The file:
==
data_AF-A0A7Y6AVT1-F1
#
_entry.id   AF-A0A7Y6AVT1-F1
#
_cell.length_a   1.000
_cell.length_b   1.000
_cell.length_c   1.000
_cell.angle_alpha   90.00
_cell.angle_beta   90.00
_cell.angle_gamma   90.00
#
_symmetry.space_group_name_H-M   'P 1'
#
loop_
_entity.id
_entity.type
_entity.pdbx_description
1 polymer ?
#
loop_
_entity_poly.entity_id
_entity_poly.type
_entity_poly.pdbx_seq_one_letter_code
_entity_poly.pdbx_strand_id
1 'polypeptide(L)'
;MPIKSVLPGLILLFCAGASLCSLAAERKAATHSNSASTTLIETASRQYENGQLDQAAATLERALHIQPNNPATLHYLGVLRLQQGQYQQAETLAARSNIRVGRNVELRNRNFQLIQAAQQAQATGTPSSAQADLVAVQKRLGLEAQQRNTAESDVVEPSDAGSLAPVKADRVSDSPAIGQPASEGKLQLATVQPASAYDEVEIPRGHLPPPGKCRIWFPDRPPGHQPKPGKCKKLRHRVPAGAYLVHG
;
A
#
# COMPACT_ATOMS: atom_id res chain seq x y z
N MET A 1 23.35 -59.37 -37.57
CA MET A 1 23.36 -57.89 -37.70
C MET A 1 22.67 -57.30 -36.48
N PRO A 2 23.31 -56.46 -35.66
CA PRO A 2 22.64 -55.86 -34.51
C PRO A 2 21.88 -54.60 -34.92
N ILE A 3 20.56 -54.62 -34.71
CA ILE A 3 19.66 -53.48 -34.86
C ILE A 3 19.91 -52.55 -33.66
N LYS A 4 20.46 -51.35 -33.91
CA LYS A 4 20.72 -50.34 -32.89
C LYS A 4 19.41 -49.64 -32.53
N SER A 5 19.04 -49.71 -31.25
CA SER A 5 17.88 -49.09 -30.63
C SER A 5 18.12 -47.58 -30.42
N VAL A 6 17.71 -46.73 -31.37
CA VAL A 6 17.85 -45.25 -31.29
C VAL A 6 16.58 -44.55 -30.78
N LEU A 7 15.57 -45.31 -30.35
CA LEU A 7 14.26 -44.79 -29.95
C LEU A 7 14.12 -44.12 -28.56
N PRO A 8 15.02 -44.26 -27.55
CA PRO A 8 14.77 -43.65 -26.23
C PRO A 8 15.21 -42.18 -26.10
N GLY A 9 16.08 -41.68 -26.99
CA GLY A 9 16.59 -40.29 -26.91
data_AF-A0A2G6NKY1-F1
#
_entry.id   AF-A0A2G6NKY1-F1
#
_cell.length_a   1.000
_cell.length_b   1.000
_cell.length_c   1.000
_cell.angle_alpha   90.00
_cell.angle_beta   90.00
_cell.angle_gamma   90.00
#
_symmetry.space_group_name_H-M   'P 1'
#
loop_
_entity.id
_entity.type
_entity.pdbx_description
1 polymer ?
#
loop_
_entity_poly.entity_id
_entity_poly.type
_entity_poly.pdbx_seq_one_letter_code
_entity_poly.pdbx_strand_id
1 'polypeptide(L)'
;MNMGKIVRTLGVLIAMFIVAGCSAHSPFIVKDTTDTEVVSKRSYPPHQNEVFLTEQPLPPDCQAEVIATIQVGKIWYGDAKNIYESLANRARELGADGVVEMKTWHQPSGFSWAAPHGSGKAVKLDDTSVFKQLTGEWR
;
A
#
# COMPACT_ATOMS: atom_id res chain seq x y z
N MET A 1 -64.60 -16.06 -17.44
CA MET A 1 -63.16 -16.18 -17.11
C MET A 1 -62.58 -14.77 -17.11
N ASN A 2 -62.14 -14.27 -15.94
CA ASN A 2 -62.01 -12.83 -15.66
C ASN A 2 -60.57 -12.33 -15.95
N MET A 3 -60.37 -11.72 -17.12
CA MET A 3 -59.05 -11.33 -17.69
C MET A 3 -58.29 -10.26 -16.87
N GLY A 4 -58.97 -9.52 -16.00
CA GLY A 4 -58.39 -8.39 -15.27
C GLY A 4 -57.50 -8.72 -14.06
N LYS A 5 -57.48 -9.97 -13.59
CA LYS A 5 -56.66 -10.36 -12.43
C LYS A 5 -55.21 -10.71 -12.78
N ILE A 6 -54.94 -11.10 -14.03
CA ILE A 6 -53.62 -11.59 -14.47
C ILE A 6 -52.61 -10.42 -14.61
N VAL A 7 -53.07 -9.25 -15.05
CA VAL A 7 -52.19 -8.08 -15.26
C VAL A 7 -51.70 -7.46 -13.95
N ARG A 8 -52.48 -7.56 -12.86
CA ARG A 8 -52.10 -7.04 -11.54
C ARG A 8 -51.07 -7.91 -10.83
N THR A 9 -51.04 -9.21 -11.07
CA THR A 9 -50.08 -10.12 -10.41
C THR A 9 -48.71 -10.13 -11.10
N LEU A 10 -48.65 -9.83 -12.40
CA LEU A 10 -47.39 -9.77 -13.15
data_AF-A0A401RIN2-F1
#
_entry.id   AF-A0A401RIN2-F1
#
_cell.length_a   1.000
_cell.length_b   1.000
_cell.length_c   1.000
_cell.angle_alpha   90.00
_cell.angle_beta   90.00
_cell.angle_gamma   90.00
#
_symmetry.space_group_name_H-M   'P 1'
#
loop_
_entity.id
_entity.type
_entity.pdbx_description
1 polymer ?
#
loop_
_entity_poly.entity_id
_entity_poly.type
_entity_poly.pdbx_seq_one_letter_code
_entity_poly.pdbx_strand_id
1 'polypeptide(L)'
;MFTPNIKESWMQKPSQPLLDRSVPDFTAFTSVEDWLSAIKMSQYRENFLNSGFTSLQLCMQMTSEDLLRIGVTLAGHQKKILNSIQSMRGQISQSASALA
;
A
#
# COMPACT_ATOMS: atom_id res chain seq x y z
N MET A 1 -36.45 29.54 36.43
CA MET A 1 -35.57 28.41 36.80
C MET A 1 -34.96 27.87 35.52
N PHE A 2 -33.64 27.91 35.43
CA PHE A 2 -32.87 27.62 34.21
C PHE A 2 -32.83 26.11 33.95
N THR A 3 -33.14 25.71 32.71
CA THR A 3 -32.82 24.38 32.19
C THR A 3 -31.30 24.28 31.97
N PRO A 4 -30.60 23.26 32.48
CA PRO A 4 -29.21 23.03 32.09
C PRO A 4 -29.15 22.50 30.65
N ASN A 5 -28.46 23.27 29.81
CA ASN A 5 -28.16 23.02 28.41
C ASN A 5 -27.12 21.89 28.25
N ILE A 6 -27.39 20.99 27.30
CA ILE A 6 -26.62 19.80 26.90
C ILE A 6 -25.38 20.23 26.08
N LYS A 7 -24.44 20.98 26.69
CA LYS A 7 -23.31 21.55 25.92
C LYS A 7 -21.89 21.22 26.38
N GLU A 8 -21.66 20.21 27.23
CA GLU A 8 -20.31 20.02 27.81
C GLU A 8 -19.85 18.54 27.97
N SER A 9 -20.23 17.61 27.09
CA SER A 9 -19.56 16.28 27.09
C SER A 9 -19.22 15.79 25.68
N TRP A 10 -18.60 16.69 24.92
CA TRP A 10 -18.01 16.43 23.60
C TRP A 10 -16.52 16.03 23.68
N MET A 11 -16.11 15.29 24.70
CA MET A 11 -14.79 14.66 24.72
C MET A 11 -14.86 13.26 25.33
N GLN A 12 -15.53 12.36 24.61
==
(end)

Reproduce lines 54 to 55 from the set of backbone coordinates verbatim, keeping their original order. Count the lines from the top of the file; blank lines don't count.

C PRO A 8 15.21 -42.18 -26.10
N GLY A 9 16.08 -41.68 -26.99